Sherwood Anderson's Poor White captures the spirit of small-town America during the Machine Age. A lonely and passionate inventor of farm machinery, Hugh McVey, who rises from poverty on the bank of the Mississippi River, struggles to gain love and intimacy in a community where “life had surrendered to the machine.” Through his story Anderson aims his criticism at the rise of technology and industry at the turn of the century. Simultaneously, he renders a tale of eloquent naturalism and disturbing beauty. Poor White was praised by such writers as H. L. Mencken and Hart Crane when it was first published in 1920. It remains a curiously contemporary novel, and a marvelous testament to Sherwood Anderson's “sombre metaphysical preoccupation and his smouldering sensuousness”.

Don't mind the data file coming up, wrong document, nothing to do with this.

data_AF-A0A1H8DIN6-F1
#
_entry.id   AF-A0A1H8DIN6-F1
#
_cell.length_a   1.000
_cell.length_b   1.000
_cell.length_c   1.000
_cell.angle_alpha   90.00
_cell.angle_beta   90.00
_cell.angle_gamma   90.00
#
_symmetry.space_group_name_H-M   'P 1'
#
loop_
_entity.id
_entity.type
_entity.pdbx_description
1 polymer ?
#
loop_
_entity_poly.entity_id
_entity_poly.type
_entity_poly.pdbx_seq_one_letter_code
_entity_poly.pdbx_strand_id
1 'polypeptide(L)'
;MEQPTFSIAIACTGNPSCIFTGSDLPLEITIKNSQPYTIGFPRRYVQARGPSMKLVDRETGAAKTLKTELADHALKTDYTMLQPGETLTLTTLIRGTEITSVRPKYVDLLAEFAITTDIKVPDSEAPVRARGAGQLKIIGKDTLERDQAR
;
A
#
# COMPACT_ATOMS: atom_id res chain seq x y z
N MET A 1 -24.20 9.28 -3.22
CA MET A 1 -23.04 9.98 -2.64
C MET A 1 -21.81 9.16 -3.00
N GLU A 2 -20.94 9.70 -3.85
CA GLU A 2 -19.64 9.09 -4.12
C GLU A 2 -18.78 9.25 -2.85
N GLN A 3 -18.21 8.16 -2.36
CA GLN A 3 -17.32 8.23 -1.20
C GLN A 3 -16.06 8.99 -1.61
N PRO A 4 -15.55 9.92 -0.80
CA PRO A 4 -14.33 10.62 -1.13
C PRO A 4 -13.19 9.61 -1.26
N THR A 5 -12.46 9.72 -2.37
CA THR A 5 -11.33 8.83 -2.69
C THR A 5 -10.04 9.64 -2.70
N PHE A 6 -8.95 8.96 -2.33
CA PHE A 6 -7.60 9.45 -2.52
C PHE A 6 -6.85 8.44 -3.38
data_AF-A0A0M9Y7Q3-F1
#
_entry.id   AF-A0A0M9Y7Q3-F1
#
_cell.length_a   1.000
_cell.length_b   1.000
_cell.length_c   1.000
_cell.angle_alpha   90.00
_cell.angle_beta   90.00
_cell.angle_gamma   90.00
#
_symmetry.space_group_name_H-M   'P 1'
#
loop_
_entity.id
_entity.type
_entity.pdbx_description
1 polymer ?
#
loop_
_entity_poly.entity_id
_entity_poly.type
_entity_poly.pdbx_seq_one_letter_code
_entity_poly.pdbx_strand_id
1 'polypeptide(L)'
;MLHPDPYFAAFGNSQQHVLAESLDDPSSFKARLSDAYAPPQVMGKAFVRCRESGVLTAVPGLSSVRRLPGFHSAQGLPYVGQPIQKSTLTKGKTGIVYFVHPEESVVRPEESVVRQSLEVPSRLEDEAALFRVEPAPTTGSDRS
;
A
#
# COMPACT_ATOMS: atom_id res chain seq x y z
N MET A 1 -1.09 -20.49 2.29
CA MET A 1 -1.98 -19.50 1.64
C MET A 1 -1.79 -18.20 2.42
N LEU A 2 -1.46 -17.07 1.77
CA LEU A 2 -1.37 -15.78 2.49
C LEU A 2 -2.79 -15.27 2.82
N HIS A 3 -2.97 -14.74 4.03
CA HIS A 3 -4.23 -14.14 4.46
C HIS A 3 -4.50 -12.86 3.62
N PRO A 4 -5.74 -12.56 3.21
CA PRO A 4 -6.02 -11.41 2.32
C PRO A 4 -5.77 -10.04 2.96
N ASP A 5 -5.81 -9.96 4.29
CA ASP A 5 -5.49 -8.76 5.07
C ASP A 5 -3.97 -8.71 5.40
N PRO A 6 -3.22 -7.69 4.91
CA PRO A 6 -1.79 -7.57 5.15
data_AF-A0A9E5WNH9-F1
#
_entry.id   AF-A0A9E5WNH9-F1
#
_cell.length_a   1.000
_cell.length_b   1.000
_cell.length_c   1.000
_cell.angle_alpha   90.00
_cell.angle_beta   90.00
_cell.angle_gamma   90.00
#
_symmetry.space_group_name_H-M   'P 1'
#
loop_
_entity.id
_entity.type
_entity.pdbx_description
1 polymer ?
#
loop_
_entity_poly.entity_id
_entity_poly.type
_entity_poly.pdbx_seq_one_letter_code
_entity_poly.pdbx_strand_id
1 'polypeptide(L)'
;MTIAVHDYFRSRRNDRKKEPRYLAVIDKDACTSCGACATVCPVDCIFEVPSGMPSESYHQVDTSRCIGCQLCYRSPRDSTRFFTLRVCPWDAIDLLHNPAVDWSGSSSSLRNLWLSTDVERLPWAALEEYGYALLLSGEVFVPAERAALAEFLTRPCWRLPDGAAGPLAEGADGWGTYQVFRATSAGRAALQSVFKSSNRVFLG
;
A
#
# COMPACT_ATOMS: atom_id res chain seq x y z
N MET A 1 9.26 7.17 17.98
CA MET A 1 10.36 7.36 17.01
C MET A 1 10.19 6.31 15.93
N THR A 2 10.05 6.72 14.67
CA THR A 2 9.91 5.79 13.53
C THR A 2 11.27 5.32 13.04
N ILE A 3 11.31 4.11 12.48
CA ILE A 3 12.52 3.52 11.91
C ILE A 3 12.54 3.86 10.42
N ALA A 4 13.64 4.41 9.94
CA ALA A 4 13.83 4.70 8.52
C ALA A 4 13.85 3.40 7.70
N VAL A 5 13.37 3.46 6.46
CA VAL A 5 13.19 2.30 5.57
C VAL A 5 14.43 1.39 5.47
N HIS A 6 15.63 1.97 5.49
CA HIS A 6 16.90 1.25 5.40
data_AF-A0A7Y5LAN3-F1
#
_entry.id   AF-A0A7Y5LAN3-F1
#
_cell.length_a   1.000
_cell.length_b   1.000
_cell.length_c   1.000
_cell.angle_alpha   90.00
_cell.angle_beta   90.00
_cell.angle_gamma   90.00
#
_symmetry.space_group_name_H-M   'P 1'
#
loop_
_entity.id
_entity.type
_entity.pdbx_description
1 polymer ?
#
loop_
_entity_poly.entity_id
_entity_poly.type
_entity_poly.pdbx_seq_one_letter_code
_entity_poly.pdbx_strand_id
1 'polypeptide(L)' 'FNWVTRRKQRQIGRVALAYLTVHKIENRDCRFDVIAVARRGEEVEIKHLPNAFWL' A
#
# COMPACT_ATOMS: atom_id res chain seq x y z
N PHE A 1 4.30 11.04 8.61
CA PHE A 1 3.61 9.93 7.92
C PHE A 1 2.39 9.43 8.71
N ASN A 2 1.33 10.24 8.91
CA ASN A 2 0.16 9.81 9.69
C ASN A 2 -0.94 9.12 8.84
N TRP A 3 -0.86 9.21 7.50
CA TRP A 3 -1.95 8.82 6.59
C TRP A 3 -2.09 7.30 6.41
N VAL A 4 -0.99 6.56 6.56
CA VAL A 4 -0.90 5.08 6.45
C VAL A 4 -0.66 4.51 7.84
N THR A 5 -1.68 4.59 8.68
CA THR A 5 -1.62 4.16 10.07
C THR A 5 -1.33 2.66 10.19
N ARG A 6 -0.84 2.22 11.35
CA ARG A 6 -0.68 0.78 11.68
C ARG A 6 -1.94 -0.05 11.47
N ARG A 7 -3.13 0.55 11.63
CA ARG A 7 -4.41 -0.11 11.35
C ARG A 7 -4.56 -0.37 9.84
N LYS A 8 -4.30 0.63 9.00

Sherwood Anderson (1876 — 1941) was an American novelist and short story writer, known for subjective and self-revealing works. Anderson published several short story collections, novels, memoirs, books of essays, and a book of poetry. He may be most influential for his effect on the next generation of young writers, as he inspired William Faulkner, Ernest Hemingway, John Steinbeck, and Thomas Wolfe.